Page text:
Alexander Rosenberg is an American philosopher, and the R. Taylor Cole Professor of Philosophy at Duke University. He is also a novelist.

The making of a non-patriot

Best to start with a small boy, preferably an immigrant, a stateless refugee from a war-torn continent. Place the child in an environment that makes it obvious he owes his family’s prosperity, freedom and even its survival to the generosity of the American nation.

Eager to assimilate completely, the child will embrace the patriotic symbols — the flag, the president, the military, the national pastime. Develop in the child a sustained and sincere interest in the triumphal progress of the nation’s history, from Valley Forge to the Halls of Montezuma, from the Emancipation Proclamation to the Progressive Era, from the War to End All Wars through V.E. and V.J. days, to what President John F. Kennedy called “the long twilight struggle” of Cold War containment. Encourage the teenager to see Vietnam as a military stalemate but a vindication of our democracy.

Instill a reverence for the Declaration of Independence, but only the good parts. Suppress, for instance, its chilling description of “the inhabitants of our frontiers, the merciless Indian Savages whose known rule of warfare is an undistinguished destruction of all ages, sexes and conditions.” The words go well with the iconic narrative of cowboys and Indians and with John Wayne movies of the 1950s, like John Ford’s “The Searchers” (movies are an especially effective way to foster devotion in the young; they should appear frequently through this process). Don’t let the child learn how Oklahoma went from “Indian Territory”— an arid Bantustan in which Native Americans were herded for the better part of a century — to being the 46th state in 1907, owing to the discovery of vast petroleum deposits under its hardscrabble prairie.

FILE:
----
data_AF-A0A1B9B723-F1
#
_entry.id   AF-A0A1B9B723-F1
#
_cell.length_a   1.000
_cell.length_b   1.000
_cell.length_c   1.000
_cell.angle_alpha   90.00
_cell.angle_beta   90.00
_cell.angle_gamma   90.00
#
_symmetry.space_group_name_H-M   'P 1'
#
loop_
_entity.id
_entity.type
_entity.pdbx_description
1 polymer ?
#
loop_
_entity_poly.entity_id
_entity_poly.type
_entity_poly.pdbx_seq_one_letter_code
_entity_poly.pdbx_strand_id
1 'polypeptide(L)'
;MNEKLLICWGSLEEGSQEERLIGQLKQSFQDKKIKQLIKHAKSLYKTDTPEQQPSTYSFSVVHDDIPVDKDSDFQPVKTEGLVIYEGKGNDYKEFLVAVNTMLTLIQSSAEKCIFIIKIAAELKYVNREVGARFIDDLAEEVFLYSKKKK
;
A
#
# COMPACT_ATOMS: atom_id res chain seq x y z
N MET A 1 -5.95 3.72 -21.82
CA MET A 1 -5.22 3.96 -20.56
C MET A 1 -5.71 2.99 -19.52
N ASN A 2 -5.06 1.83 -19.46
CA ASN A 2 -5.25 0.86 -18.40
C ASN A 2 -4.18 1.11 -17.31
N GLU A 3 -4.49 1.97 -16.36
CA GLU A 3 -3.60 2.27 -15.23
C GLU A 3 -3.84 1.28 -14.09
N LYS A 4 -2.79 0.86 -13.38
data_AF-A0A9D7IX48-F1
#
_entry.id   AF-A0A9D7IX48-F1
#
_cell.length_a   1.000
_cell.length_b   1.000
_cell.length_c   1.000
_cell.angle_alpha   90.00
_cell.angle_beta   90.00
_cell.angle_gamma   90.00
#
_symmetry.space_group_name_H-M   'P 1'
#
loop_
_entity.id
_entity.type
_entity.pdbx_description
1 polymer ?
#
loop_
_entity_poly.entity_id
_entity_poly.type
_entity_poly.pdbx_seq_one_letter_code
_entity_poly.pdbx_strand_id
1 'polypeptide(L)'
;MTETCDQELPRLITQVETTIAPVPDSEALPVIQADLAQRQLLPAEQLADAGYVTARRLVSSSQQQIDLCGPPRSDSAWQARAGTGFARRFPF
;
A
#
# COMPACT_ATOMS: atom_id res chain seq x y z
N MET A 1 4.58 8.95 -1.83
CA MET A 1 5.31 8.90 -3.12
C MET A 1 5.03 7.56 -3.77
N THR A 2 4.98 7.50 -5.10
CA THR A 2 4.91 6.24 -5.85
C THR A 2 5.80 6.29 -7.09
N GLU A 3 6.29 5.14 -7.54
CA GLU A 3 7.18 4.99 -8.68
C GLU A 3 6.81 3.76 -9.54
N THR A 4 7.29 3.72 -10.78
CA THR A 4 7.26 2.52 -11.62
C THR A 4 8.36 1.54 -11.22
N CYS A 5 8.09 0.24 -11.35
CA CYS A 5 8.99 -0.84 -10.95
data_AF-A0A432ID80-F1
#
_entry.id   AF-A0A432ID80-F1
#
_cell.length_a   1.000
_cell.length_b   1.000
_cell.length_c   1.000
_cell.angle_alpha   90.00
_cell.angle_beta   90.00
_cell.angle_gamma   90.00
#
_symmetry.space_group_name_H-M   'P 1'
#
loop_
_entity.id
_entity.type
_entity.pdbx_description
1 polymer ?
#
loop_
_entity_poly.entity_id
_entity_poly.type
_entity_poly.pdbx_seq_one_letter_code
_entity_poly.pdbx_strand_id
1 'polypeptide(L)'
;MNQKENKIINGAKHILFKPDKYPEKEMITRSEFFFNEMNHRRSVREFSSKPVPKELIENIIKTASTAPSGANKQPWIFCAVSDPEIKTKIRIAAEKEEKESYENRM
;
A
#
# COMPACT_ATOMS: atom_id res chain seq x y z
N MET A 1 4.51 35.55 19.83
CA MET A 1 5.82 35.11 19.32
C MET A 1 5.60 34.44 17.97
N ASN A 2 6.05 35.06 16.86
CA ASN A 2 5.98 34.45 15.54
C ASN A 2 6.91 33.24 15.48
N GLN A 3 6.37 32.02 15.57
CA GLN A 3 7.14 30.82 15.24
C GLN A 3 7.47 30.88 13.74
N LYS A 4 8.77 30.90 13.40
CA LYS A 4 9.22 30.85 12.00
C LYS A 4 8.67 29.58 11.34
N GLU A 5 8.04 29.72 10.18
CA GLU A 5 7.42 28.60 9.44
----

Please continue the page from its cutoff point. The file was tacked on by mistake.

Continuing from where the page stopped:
Raise the child’s sights from his model trains to the spectacular construction of the Transcontinental Railway, completed in 1869. (Cecil B. DeMille’s “Union Pacific,” with Joel McCrea, will help do the trick.) Omit any mention of the roughly 30,000 Chinese “coolies” who actually built the western half of the railway and then, no longer needed for the killing work, were denied citizenship by the Chinese Exclusion Act of 1882. Make sure to extol Teddy Roosevelt, the Bull Moose president, who built the Panama Canal. Do not mention that much of the heavy lifting was done by some 50,000 black men from the Caribbean islands, also disposed of when they were no longer needed.


Paint a vivid picture of Woodrow Wilson as the great progressive precursor to Franklin Delano Roosevelt, the president whose dream of a League of Nations was destroyed by a narrow-minded vindictive senator from Massachusetts. (The Oscar-winning 1944 film “Wilson” should work well here.) Don’t tell the boy the real story of Wilson’s egotism and intransigence. It would spoil the way the narrative culminates a quarter century later in the United Nations. And never, never let on that Wilson endorsed D.W. Griffith’s “The Birth of a Nation” with a White House screening that personally invited the defunct Ku Klux Klan back into American life. Don’t remind him that Wilson resegregated the federal Civil Service — the only domain in which African-Americans hadn’t been forced to abide by “separate and equal.”